All videos from CNI’s Fall 2019 Membership Meeting have now been posted, and all presentation materials we have received from speakers are now available from project briefing pages at https://www.cni.org/mm/fall-2019. Thanks to everyone who contributed to the meeting’s success!
We hope you will find these, and all, video offerings from CNI’s December meeting useful, and we invite you to share them widely with your colleagues and networks:
The New Normal: Why Libraries are Teaching AI, ML, DH, NLP, VR… (Tim Dennis, University of California, Los Angeles; Indrani Mandal, University of Rhode Island; Vicky Steeves, New York University; Matthew Burton, University of Pittsburgh; Harrison Dekker, University of Rhode Island)
The panel of data-centric librarians and scientists explores the origins of the trend to provide these newer data and digital services and possible future directions to help assert the library’s key role at the center of scholarship.
Toward Collaborative Models for Sustaining Digital Scholarship, (Katrina Fenlon, University of Maryland)
Three digital humanities projects comprising the “Sustaining Digital Community Collections” are presented with the aim of developing context-driven sustainability models, which share responsibility for the long-term care of digital projects among libraries and research communities.
Building a Digital Preservation Strategy Across a Broad University System, (Todd Grappone, University of California, Los Angeles; Edson Smith, University of California, Los Angeles; Mary Elings, University of California, Berkeley)
The University of California (UC) libraries formed a multi-campus working group charged both with developing a practical, shared vision of digital preservation for library content, and with outlining a roadmap to guide the UC libraries in advancing that shared vision. The talk details the group’s activities, methodology, and findings, and describe how they will inform an overall digital preservation strategy within the UC system.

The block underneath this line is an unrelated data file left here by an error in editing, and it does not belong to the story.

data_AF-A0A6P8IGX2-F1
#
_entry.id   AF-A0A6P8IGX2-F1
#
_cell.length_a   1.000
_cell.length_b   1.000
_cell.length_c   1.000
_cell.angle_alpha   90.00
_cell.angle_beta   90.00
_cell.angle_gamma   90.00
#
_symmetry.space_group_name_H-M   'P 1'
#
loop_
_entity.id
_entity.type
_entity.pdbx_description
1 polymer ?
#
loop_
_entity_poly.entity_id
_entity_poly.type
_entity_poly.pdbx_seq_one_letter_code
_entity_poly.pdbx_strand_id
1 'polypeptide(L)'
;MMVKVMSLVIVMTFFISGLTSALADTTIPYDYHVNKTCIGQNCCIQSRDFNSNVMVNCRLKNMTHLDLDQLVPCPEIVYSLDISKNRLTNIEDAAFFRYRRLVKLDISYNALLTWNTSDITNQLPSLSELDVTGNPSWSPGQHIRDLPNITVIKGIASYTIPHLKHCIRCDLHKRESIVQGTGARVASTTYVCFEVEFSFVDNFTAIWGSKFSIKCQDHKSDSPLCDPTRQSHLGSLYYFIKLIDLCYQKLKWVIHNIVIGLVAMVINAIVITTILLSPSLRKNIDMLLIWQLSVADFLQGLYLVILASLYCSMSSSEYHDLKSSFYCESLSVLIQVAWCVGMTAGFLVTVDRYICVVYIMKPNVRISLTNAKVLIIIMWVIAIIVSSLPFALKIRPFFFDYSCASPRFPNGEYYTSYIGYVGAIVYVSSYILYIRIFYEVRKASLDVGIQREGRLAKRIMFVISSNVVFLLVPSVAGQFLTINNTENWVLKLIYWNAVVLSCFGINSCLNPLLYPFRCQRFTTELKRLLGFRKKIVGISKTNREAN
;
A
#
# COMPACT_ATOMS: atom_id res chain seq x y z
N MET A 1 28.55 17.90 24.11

Machine Learning in Research Libraries: A Snapshot of Projects, Opportunities and Challenges (Harish Maringanti, University of Utah; Elizabeth Lorang, University of Nebraska-Lincoln; Zheng (John) Wang, University of Notre Dame)
The presenters share their efforts exploring a range of practical and theoretical questions relating to the intersection of machine learning and libraries and discuss the opportunities and complexities for its use in research libraries.
Previously released from this meeting:
Data Curation Network Update (Lisa Johnston, University of Minnesota; Cynthia Hudson Vitale, Pennsylvania State University; Tim McGeary, Duke University)
Since its launch in 2018 DCN has grown to 10 organizations. This presentation provides an update on DCN activities and discusses how other libraries and organizations can become involved.
Accessibility Task Force: Determining Compliance and Organizing Action (Suzanne Wones, Harvard University; Claire DeMarco, Harvard University)
The presenters share their experience using Agile frameworks to review systems, identify issues, and set priorities for providing actionable deliverables to facilitate remediation of library digital products and ongoing accessibility compliance with Harvard’s digital accessibility policy.
Memory Institutions and Deep Digital Disruption: Beyond the Technical Challenges of Born-digital Preservation, (Carol Mandel, Council on Library and Information Resources; Clifford Lynch, Coalition for Networked Information)
The presenters share the work that each has been undertaking to frame and address the profound changes in collection and stewardship posed by born-digital content
Ready or Not: Here Comes Voice Search, (Twila Camp, University of Oklahoma; Tim Smith, University of Oklahoma)
This talk discusses the impact of voice search, how libraries can prepare and harness its potential, and the caveats for this artificial intelligence-driven technology.
Artificial Intelligence: Impacts and Roles for Libraries, (Keith Webster, Carnegie Mellon University; Jason Griffey, National Information Standards Organization)
Discusses the evolution of artificial intelligence and potential impacts on libraries including opportunities for libraries to support AI education and research.
A Fragmented Landscape, Collaborations Refreshed, and CNI’s 2019-20 Program, Clifford Lynch (CNI) It includes a farewell to Joan Lippincott, CNI’s longtime associate executive director.
-Diane Goldenberg-Hart, CNI